In this post I deal with an interesting question that a reader has asked me, with reference to the post I made last week where I explained a complicated situation that appears sometimes to have occurred in our surviving manuscripts of the New Testament, when every single manuscript we have may have the “wrong” reading – that is, when every one of the manuscripts appears to an alteration from what the author original wrote.  Here is what I said.

Another reason interpolations and scribal corruptions overlap is because – here it gets even more tricky — there are places where scholars are convinced that there were scribal alterations made very early in the history of the transmission of the text that occurred *after* the book was originally put in circulation in the textual form that has come down to us but that affected *all* of our surviving manuscripts.  In other words, in these places (no one can agree where it has happened!) all of our manuscripts have the wrong reading, but not because of an interpolation made before the text in its final form was put in circulation but because the text in that final form was changed very early by a scribe whose alteration came to be the form of the text copied by all later scribes.

QUESTION:  Please can you give an example in the New Testament where a majority of scholars believe that all our surviving manuscripts have the wrong wording?


I have to admit, I’m not much of an expert on this phenomenon of textual emendation – where scholars “emend” the text (that is, suggest what the original reading was) when all the manuscripts present a reading that appears to be wrong.  It’s a highly technical and massively complex sub-subfield of study within the subfield of study of textual criticism.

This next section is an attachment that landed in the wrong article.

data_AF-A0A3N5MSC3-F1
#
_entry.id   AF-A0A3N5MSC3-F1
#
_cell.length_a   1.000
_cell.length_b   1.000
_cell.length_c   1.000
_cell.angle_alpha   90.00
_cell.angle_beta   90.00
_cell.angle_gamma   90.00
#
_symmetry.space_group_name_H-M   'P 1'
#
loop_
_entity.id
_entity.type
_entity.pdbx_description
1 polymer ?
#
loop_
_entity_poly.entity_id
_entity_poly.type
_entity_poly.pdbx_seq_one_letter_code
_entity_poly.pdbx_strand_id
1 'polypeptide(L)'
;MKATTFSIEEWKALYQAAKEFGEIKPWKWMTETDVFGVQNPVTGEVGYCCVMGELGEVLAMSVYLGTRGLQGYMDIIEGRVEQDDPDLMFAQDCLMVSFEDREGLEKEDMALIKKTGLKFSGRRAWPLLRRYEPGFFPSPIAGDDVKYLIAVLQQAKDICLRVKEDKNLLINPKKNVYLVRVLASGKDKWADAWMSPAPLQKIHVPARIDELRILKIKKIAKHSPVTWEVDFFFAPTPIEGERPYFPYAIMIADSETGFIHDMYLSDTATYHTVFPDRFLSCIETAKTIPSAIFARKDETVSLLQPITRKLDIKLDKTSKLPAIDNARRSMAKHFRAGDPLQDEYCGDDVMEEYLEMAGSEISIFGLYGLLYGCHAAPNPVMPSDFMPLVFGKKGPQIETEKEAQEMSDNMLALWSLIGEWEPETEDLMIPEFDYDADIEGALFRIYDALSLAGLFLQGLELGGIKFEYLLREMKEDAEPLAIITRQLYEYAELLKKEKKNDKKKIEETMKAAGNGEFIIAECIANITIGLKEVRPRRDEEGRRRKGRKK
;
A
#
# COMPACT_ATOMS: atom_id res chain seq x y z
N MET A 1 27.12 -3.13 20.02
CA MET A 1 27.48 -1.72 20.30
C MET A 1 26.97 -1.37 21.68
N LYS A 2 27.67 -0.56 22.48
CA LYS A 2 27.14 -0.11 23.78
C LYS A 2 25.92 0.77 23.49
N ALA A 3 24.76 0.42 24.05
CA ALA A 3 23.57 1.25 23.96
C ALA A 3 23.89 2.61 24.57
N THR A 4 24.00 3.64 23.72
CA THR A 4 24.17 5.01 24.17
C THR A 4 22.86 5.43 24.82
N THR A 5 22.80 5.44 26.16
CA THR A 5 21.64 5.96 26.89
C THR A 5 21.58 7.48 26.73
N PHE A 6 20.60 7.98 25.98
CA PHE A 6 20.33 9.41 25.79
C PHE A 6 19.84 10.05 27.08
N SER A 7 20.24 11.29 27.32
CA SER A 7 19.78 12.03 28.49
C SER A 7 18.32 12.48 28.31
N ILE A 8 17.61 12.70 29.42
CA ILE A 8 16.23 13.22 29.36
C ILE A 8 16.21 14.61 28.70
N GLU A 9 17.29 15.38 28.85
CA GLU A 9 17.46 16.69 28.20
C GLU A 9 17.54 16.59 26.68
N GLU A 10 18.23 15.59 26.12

But I know some incredibly learned scholars in the world, and among them are experts in textual emendation.  Probably the top scholar in the sub-sub-field is Jan Krans, a professor at Vrije Universiteit in Amsterdam.   I asked him the question, and he gave me a detailed and very gratifying response.

His response was written to me, and so contains a bit of scholarly terminology and assumes a bit of scholarly background, but I think you can get the point.  It’s very interesting.   (I have put any explanatory glosses that I myself have made in boldface; if there’s anything you don’t understand about this, just ask and I’ll try to explain):

Here is what he said:


You need to belong to the blog to see the rest of this post.  If you don’t join, you will never know!!  It doesn’t cost much for a membership, and all fees go to charity.  So join!!